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Pondering my coffee cup, my thoughts inevitably turn to the land where the coffee was grown. And when that land is locked in a civil struggle I’m frequently curious and wary… Who grew this coffee? Which side are they on? Which side is right? (That’s rarely an easy answer.) And most importantly, are my coffee dollars part of the problem, or a potential solution?
Uganda — five years since last mentioned here — is still a nation struggling for rule of law, for the safety of its children, for its identity and place on the world stage. Landlocked, Uganda is besieged by threats from without and within, and has been largely abandoned by most all of the world powers and much of Africa, too. There is no oil in Uganda (or there hasn’t been… it seems there’s some reserves only just discovered.) And so unlike the Middle East, instead of being on the brink of war Uganda is for two decades now on the brink of a peace that is always just out of reach.
The coffee-growing lands of Uganda — butted up against Mount Elgon in the east — have been spared much of the struggle that’s come to define the nation’s north. In fact, it seems the only struggle of late that matters to the folks of MBale centers around competing soccer clubs. That’s a healthy sign. So too is the continued success of the Uganda Coffee Development Authority. In Uganda, success remains a relative term… but it appears that coffee farmers and processors are, in fact, the beneficiaries of coffee dollars.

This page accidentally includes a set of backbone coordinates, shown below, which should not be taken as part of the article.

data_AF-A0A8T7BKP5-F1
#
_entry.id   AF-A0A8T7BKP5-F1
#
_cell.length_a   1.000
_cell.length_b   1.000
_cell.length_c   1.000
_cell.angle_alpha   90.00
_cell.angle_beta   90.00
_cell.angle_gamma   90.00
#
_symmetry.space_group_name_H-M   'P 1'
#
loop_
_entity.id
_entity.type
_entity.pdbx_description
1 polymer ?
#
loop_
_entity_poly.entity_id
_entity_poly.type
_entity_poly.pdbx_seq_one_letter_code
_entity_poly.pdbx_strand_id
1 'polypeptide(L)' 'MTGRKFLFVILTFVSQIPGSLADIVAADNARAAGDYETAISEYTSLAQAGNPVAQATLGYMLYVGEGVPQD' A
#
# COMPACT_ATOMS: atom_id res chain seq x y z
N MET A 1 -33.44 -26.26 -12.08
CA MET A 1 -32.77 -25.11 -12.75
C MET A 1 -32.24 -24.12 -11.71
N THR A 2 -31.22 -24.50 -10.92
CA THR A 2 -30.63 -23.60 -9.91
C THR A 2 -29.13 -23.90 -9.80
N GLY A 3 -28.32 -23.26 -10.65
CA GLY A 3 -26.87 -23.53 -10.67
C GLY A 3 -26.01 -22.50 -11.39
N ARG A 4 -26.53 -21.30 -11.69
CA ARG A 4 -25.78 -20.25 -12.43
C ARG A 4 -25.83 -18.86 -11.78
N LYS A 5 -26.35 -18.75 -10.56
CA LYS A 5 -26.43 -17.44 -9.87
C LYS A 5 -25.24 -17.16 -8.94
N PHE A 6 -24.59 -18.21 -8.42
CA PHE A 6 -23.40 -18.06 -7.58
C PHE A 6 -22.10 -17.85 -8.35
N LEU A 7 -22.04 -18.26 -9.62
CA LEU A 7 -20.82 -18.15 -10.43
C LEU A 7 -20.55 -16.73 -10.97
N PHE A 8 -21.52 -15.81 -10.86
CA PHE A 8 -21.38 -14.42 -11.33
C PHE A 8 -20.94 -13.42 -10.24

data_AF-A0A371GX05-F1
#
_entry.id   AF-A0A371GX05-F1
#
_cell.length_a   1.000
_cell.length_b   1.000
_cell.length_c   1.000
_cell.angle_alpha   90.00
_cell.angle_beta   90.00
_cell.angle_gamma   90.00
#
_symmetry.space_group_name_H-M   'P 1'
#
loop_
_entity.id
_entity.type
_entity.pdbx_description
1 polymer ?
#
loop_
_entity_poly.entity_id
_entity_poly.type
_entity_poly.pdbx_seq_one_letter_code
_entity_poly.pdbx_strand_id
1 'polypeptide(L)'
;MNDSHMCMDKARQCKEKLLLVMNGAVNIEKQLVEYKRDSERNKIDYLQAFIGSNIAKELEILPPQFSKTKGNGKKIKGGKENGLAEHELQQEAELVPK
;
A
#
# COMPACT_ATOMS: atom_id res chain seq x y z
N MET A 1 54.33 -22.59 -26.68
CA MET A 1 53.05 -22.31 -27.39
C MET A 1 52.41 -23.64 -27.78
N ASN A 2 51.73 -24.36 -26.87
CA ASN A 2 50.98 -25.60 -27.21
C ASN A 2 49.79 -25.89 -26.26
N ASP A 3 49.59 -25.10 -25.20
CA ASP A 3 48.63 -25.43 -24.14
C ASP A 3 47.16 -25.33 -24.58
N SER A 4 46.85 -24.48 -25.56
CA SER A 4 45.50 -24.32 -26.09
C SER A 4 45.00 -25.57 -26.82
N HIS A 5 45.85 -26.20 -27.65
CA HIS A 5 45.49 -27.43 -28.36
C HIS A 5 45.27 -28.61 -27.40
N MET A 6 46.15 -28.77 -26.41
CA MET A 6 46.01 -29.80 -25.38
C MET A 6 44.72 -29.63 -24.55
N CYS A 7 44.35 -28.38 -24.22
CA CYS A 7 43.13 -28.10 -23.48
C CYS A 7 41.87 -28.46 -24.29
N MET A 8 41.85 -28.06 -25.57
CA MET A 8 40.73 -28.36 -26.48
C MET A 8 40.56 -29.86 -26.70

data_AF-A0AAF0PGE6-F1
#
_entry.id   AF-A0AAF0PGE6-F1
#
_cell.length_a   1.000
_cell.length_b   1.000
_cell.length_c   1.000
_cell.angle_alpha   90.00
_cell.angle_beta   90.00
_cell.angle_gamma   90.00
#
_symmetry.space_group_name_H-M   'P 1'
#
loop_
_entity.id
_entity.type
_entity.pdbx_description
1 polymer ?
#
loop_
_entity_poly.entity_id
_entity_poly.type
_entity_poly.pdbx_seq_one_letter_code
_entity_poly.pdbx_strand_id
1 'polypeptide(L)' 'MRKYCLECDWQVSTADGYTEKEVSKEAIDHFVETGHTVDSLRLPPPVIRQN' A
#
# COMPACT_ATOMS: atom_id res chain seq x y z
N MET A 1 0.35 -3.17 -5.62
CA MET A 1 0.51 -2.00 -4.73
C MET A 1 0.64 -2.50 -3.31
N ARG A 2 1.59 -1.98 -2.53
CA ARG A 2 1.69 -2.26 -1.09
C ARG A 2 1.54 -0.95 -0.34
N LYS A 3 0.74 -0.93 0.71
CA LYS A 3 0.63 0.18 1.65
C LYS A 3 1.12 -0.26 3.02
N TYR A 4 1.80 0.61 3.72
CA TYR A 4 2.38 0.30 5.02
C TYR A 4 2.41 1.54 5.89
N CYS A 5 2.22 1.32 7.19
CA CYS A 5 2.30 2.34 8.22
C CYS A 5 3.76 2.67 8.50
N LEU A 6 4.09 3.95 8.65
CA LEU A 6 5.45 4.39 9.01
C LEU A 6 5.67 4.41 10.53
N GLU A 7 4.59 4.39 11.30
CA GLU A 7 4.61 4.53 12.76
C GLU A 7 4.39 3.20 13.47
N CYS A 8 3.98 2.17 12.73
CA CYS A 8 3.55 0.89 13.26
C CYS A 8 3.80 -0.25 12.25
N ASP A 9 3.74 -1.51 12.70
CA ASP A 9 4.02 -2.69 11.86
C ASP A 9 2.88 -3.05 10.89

My last taste of Ugandan coffee came from the Bugisu cooperative. It was a striking cup — heavy bodied and, well… inspiring:
In the cup this is a deep, dark mysterious liquor. It’s muscular, musky and oozes languidly on the tongue. Its deeper tones are bitter chocolate, its high notes ripe fruit — very ripe. It’s slightly wild, rich, fat and funky. Not the fuzzy stuff of a monsooned Malabar — it’s far too smooth for that — but still it’s earthy and intense. The Bugisu has got the body of a Java, and while its finish is long and syrupy, it is decidedly not sweet.
Today’s Bugisu is now organic. Whether or not that comes into play in its flavors, it is less funky, somewhat more refined, but still a heady, rich and rustic cup. This lot offers a bit more fruit — a musky, tropical melon note. It’s still gentle on the acidity, and very, very round in the cup, and its finish has characteristics of a refined black tea. And still, it’s so very unlike its Kenyan neighbor it’s hard to imagine it’s grown just the other side of the mountain… and still a world away.
Available (green) at Sweet Maria’s.